The houses of the James Bond actors differ from what the character Bond would own

I argued earlier this week James Bond is an international figure who doesn’t fit the sentimental idea of home. But here is a look at the homes of the actors who have played James Bond – and they seem to be more of the conventional movie star type of home. In other words, big Hollywood mansions. So it appears the actors who play Bond tend to have the kinds of homes that Bond himself would not want to be tied down to as he worked missions around the globe.

Don’t dress yourself in a McMansion wardrobe

I’ve seen the concept of a McMansion tied to several other consumer items like SUVs, fast food, and RVs (see my McMansion article for some other examples). But, I have never seen it applied to clothing:

Unlike most leading men who dress like they’re drawing up plans for a McMansion, starting with casual, often gaudy pieces and trying for respectability solely through the price tags and their all too transparent attempts at blustering nonchalance, Mr. Lewis always begins with the right foundation: tailored elements. Often the subsequent scarves upon scarves, organ grinder hats, and lurid color pairings can lead him into dangerous, Elton John lawn party, territory but when he keeps it simple and allows the vintage inspired DDL flair to remain in the details, great things happen. For example this sharp to lethal, flannel, pinstriped, DB, suit that he’s paired with a very subtle spotted tie and this optic herringbone top coat that gets turned out with woven fedora that looks like it’s gotten just the right amount of stomping.

Here is the argument: like the McMansion homeowner, the McMansion wardrobe owner emphasizes flash over substance, quick impressions over long-term gravity and style, big features and brands rather than quality and cohesion. In contrast, Daniel Day-Lewis knows how to dress in a way that matches his often lauded acting.

Things I want to know about this idea of McMansion wardrobes:

1. What clothing styles are more McMansion-like? It is about what is popular? Does it have to be tailored?

2. What brands are tied to these McMansion ideas? Are these upstart brands and designers?

3. Which leading men dress more like McMansions? I’ve heard about celebrity best/worst dressed lists but I’ve never seen a connection to McMansions. Are less “serious” actors more likely to be tied to McMansion wardrobes?

4. How does one best acquire non-McMansions tastes? Does this come with the proper training and childhood or is it a function of having enough money to spend?

Movie stars: the political comments you make before your movie releases will affect who will see the film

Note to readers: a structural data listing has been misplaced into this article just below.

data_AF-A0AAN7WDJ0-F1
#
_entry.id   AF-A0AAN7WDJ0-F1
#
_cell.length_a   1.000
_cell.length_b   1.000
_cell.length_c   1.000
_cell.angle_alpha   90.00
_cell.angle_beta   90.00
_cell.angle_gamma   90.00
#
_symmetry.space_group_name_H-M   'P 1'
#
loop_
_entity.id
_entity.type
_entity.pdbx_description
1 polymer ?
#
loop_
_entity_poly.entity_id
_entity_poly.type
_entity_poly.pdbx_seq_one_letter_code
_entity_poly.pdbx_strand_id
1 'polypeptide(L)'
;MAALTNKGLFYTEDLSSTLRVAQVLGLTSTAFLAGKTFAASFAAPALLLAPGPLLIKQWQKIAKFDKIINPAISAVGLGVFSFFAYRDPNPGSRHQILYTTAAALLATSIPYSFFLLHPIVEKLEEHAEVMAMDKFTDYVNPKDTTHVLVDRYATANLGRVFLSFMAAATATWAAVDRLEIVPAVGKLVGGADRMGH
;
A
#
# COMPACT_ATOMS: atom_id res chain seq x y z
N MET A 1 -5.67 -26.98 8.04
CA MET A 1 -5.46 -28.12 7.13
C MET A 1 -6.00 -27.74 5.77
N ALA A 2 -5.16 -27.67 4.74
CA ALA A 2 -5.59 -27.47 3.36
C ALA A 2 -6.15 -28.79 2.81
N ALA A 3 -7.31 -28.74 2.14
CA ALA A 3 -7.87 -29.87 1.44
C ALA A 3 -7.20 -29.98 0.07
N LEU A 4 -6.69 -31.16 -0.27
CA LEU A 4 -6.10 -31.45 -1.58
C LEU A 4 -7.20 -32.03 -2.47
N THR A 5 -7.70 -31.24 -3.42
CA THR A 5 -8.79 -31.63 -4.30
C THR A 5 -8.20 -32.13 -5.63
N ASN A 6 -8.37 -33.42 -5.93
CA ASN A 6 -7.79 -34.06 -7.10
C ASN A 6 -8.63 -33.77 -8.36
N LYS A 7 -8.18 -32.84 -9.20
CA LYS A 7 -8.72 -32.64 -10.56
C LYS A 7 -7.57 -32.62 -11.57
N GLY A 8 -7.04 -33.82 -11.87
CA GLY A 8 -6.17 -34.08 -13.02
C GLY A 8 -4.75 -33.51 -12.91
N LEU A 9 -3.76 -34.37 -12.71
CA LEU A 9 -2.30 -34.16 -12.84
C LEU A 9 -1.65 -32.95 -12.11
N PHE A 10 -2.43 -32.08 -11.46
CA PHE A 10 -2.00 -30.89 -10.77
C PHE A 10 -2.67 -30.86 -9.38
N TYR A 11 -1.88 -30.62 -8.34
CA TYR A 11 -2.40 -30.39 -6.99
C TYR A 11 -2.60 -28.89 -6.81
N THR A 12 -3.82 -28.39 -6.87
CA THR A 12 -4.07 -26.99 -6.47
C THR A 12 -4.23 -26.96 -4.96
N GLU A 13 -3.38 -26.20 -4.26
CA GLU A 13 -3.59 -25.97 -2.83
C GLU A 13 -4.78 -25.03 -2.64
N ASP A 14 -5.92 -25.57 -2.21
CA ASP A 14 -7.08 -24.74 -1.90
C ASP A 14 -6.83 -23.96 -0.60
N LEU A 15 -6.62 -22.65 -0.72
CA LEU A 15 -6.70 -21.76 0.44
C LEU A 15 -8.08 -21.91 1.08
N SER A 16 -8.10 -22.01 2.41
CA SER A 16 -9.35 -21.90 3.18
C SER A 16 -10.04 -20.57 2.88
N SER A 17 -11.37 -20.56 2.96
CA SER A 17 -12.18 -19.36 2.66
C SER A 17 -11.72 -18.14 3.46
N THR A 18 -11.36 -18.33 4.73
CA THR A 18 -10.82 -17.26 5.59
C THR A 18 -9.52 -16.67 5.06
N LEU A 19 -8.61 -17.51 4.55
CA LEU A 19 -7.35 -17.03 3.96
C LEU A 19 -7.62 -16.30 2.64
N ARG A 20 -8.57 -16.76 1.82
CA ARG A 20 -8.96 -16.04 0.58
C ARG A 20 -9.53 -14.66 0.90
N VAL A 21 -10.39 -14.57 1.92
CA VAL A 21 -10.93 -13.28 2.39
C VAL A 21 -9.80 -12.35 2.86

Last November, The Hollywood Reporter reported that Republicans and Democrats like different primetime television shows. A new survey now shows that political affiliation of the viewer affects how much the political views of major movie actors influences movie-going behavior:

With Dolphin Tale opening with a strong $19.2 million that first weekend and finishing No. 1 with $13.9 million in its second, the financial impact of Freeman’s comments is hard to quantify. But they did have an effect. In a far-ranging poll Penn Schoen Berland conducted for The Hollywood Reporter of 1,000 registered voters to gauge moviegoing tendencies of Democrats vs. Republicans, it’s clear political allegiances have shifted entertainment viewing habits. Jon Penn, the firm’s president of media and entertainment research, says that before Freeman’s words, interest in Dolphin Tale was considerably higher among conservatives and religious moviegoers than among liberals. After the remarks, 34 percent of the conservatives who were aware of them, and 37 percent of Tea Partiers, said they were less likely to see the film — but 42 percent of liberals said they were more likely. (Five days after Freeman’s remarks, 24 percent of all moviegoers were aware of them.)

In fact, overall, 35 percent of Republicans and 45 percent of Tea Partiers consider a celebrity’s political position before paying to see their films, compared with 20 percent of Democrats.

Many exhibitors say privately that they cringe when a star waxes politically just before one of their movies opens — like when, seven weeks before Contagion, Matt Damon attended a Save Our Schools march where some attendees compared Republicans to “terrorists.” Videos of Damon mocking conservatives for their fiscal policies spread like wildfire on the Internet.

I suppose we shouldn’t be too surprised at this information since we hear all the time about our overly partisan public sphere.

If this is true, should movie actors muzzle themselves and avoid sharing their political opinions? Why do movie actors often share this information while sports stars are more demure about this topic?

It would be interesting to know exactly why Republicans let these political actions and views affect them. Has this always been the case? Is this due to the commonly heard idea that Hollywood is a liberal place pushing liberal ideas? Do most Republicans think Hollywood puts out “enough” family-friendly or conservative-friendly films – do they really want to go to the movies more and the content is simply lacking? What are the movies most loved by Republicans and Democrats? (The article suggests people of both parties “say comedy is their favorite genre, popcorn is their favorite theater snack, Forrest Gump is their preferred blockbuster and Indiana Jones is their favorite action hero.” Now that’s bi-partisanship!)